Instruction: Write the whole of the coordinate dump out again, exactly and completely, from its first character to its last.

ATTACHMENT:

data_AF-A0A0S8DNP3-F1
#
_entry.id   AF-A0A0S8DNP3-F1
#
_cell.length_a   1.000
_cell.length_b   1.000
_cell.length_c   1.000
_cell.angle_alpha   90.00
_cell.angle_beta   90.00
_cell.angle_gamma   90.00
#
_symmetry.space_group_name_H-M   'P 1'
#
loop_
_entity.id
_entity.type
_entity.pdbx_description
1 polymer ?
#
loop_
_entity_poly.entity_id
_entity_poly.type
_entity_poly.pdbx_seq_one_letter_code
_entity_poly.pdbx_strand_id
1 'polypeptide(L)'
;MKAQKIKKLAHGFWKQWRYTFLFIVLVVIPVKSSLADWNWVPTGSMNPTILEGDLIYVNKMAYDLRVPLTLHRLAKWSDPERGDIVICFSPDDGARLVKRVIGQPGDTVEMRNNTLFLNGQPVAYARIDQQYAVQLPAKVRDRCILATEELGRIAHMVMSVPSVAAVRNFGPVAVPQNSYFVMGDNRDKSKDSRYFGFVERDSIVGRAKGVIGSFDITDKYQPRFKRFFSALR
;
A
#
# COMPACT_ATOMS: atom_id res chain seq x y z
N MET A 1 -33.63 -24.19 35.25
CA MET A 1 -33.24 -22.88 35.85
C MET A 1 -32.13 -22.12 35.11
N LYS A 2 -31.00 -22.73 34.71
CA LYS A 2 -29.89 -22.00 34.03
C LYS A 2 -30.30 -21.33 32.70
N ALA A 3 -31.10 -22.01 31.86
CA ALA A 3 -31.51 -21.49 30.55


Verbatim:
data_AF-A0A0S8DNP3-F1
#
_entry.id   AF-A0A0S8DNP3-F1
#
_cell.length_a   1.000
_cell.length_b   1.000
_cell.length_c   1.000
_cell.angle_alpha   90.00
_cell.angle_beta   90.00
_cell.angle_gamma   90.00
#
_symmetry.space_group_name_H-M   'P 1'
#
loop_
_entity.id
_entity.type
_entity.pdbx_description
1 polymer ?
#
loop_
_entity_poly.entity_id
_entity_poly.type
_entity_poly.pdbx_seq_one_letter_code
_entity_poly.pdbx_strand_id
1 'polypeptide(L)'
;MKAQKIKKLAHGFWKQWRYTFLFIVLVVIPVKSSLADWNWVPTGSMNPTILEGDLIYVNKMAYDLRVPLTLHRLAKWSDPERGDIVICFSPDDGARLVKRVIGQPGDTVEMRNNTLFLNGQPVAYARIDQQYAVQLPAKVRDRCILATEELGRIAHMVMSVPSVAAVRNFGPVAVPQNSYFVMGDNRDKSKDSRYFGFVERDSIVGRAKGVIGSFDITDKYQPRFKRFFSALR
;
A
#
# COMPACT_ATOMS: atom_id res chain seq x y z
N MET A 1 -33.63 -24.19 35.25
CA MET A 1 -33.24 -22.88 35.85
C MET A 1 -32.13 -22.12 35.11
N LYS A 2 -31.00 -22.73 34.71
CA LYS A 2 -29.89 -22.00 34.03
C LYS A 2 -30.30 -21.33 32.70
N ALA A 3 -31.10 -22.01 31.86
CA ALA A 3 -31.51 -21.49 30.55